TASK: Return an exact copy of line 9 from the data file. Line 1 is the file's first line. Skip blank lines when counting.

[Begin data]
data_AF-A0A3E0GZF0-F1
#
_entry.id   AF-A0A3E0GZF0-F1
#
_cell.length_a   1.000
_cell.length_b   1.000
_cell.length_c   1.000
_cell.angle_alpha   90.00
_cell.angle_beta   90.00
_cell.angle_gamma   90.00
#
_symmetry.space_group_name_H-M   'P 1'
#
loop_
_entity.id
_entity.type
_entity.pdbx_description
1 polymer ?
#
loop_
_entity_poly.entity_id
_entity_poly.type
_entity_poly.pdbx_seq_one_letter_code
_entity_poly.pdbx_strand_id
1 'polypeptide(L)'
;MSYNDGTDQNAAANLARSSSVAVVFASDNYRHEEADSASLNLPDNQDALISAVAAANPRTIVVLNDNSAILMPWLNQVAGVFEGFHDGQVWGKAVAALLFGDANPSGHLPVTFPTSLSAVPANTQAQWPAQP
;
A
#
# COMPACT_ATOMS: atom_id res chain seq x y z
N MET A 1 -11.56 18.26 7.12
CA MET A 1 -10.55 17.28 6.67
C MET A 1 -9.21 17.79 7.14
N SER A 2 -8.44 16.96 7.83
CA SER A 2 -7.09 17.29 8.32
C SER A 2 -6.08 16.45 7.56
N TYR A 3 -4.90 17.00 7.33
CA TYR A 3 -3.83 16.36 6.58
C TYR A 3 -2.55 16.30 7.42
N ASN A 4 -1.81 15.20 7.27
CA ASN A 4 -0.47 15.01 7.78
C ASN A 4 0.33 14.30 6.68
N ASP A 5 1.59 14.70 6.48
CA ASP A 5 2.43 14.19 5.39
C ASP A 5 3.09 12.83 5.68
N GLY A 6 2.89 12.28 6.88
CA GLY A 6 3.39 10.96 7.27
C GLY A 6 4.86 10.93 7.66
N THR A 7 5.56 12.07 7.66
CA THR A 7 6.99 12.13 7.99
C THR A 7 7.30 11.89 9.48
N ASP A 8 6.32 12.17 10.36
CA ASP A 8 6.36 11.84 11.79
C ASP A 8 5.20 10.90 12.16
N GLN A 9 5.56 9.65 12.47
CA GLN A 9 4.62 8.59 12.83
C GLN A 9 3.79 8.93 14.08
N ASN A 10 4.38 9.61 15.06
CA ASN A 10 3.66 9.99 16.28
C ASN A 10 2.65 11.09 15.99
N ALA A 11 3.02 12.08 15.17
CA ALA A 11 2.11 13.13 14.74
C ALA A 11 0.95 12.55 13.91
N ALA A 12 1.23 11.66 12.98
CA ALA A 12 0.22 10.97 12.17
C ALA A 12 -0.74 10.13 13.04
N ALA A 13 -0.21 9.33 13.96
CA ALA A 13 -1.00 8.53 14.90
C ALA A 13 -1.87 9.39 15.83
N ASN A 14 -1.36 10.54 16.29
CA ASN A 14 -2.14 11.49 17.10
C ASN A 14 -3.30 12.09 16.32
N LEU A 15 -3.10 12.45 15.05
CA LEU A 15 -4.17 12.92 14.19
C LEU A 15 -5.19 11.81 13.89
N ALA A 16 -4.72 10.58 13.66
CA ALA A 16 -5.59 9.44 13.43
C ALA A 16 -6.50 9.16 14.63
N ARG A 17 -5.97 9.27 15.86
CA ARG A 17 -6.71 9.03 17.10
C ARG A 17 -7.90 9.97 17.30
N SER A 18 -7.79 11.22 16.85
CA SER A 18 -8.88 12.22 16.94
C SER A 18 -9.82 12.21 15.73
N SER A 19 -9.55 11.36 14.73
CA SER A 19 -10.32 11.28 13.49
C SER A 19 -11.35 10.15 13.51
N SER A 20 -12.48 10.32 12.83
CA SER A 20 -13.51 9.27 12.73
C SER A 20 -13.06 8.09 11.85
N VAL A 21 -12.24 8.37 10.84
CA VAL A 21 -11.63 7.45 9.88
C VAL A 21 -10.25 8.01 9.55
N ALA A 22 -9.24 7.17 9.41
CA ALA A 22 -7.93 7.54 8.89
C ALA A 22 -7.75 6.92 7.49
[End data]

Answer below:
_cell.angle_beta   90.00